Decontamination; i.e.; the cleaning of the emptied casings; is done by means of a burn-out process. In this study; heating the ammunition casings in an open wood fire is compared with heating the casings under controlled conditions in an oven equipped for after-burning of the fumes from the pyrolized explosives. The burned-out casings are sent for re-smelting without further treatment.
An alternative is to cool the casings cryogenically to about -100 ¬įC and crush them before putting the material into the fire or charging it into the oven. The fragmentation method is less risky and; at the same time; the burned-out scrap becomes easier to handle. There may also be a possibility to remove the tars and residual explosive mechanically after cooling; why burning may not be needed.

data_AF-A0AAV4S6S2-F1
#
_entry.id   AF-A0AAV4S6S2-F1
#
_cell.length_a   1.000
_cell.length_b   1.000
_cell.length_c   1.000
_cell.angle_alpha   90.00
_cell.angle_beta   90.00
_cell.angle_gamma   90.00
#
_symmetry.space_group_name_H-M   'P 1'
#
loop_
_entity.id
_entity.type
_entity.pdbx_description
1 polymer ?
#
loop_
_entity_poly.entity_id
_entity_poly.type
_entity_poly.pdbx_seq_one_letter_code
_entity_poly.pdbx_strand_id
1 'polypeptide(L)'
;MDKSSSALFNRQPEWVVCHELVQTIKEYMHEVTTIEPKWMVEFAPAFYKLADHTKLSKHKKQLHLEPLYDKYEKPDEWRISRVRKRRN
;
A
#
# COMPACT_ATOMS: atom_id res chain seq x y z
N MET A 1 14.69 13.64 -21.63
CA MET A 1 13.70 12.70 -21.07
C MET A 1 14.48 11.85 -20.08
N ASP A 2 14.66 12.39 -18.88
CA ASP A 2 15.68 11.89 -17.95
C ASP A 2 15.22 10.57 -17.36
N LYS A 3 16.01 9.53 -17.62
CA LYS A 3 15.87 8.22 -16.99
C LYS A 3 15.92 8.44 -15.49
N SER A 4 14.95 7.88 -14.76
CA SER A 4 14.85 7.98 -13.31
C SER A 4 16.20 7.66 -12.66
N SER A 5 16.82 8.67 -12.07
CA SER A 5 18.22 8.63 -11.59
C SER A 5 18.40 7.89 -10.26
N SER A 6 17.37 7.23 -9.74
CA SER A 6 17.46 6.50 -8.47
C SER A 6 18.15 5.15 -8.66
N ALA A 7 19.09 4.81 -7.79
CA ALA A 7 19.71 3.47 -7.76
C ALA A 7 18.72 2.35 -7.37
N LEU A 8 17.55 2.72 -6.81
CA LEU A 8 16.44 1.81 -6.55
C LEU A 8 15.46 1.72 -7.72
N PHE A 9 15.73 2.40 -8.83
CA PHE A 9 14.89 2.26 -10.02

Our calculations show that the crushing of cooled casings followed by heating in simple wood fires is slightly more economical for a disposal company than using an oven for the burn-out process. However; in a wider perspective; heating in open-air fires costs society twice as much as heating in ovens due to the fact that the resulting air pollution reduces the production of crops and increases corrosion of; e.g.; cars. If we can use the cryogenic method without having to heat-treat afterwards this will be the by far most economical way.